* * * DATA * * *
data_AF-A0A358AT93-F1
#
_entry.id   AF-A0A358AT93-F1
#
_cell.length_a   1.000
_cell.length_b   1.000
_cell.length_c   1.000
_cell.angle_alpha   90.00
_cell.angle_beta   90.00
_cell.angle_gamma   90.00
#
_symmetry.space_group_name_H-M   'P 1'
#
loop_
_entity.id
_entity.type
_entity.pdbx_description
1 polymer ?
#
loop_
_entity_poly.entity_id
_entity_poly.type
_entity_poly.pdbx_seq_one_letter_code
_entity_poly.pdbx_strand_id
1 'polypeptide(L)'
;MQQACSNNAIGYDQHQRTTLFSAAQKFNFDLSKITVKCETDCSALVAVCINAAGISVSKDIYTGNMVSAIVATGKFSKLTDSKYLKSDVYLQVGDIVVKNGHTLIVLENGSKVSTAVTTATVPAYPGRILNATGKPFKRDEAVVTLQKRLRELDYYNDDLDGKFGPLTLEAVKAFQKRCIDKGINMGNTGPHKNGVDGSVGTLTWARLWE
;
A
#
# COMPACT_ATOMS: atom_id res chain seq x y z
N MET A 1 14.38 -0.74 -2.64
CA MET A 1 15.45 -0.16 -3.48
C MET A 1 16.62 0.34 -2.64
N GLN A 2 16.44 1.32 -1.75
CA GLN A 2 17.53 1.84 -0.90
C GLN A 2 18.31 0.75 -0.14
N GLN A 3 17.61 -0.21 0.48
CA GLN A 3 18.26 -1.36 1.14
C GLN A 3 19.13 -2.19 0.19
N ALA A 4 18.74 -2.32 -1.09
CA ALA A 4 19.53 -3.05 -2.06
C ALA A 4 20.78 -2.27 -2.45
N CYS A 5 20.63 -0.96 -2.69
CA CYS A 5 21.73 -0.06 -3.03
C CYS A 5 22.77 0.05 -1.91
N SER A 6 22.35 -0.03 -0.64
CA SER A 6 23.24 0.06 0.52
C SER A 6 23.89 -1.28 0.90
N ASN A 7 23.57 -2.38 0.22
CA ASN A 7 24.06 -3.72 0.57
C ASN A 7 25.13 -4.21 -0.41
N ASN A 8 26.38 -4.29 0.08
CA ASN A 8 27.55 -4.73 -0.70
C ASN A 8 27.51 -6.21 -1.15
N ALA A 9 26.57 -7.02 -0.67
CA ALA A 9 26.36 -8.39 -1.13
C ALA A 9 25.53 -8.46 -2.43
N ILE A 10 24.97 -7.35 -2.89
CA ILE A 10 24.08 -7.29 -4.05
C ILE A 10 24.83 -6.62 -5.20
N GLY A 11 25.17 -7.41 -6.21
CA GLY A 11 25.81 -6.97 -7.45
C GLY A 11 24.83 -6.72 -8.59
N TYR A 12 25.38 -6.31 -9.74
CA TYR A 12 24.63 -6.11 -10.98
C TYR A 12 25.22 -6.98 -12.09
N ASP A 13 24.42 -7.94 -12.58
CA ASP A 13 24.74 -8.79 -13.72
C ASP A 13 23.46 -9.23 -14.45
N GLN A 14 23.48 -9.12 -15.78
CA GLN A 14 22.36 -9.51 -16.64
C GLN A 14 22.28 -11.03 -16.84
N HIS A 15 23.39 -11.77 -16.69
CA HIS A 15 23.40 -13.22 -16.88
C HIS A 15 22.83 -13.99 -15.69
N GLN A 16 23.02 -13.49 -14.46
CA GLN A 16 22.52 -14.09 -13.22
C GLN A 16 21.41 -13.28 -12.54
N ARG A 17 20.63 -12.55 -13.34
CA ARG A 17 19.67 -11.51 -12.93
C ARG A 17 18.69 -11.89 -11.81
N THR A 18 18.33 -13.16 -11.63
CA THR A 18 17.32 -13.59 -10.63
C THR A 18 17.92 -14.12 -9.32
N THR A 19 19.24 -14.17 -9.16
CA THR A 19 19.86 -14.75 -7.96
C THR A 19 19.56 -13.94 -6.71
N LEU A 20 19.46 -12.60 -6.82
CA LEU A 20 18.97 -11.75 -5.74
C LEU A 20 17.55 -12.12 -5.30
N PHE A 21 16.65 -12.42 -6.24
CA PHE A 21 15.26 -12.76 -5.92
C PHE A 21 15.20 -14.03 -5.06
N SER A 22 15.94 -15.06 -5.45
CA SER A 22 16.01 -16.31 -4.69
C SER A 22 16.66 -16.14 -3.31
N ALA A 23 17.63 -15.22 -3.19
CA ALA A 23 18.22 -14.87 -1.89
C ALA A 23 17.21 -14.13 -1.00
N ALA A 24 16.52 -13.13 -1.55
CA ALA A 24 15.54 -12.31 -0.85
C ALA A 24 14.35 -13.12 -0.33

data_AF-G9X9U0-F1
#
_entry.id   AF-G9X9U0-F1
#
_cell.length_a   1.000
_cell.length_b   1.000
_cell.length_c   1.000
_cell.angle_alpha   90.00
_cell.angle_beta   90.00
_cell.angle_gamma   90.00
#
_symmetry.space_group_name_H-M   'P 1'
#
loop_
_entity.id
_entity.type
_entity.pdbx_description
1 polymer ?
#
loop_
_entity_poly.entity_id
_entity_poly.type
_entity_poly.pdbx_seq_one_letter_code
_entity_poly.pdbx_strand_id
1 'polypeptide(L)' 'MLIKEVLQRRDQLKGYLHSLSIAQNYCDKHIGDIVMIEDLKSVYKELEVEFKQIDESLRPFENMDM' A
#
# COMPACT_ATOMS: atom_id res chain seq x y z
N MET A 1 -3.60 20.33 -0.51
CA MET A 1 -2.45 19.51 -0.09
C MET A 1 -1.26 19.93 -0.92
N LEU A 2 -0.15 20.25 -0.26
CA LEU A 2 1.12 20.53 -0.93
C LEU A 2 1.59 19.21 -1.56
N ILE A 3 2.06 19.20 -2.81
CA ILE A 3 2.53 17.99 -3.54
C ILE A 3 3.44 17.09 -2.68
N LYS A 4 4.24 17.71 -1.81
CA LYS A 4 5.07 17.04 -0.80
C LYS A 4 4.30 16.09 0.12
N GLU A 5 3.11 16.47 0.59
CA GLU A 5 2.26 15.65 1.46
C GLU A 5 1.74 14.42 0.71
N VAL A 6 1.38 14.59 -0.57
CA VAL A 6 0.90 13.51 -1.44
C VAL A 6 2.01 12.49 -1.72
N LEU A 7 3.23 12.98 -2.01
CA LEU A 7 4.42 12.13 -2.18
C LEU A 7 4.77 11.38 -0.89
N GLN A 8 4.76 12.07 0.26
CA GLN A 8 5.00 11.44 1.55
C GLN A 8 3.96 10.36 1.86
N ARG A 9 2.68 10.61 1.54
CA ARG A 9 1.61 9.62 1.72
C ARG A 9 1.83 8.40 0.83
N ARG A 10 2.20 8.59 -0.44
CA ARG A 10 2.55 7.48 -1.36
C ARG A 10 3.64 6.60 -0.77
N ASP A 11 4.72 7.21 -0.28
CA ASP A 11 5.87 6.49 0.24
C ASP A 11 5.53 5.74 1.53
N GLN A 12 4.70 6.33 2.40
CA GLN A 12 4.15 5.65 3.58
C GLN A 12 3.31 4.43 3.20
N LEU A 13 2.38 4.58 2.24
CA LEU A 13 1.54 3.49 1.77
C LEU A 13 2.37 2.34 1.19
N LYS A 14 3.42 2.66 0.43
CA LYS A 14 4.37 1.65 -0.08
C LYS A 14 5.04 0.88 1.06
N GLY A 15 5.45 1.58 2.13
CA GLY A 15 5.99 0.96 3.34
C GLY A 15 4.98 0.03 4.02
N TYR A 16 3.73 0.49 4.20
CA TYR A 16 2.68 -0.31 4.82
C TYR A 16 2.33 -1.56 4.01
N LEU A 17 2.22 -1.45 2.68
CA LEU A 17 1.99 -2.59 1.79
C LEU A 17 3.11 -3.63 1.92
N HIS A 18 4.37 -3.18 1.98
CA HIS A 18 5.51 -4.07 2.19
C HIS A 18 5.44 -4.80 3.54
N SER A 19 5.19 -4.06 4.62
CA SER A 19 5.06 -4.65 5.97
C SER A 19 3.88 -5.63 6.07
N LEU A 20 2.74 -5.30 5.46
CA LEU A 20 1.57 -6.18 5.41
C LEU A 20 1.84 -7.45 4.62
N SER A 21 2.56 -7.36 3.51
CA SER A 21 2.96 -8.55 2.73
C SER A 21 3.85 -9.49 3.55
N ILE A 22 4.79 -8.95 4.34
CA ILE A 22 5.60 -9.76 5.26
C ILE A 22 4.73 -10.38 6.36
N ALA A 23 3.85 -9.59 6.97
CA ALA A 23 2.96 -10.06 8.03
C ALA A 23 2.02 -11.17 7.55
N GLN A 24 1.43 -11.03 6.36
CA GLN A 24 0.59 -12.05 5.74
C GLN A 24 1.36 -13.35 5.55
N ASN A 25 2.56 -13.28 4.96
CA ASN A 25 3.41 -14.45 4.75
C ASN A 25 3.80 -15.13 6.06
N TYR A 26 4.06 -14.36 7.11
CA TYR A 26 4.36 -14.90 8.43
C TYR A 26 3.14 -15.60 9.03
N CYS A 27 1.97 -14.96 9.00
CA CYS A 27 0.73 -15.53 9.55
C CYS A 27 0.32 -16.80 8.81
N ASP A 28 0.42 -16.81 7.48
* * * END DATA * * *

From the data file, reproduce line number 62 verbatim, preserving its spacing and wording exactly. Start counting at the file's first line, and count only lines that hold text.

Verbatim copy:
CA GLY A 11 25.81 -6.97 -7.45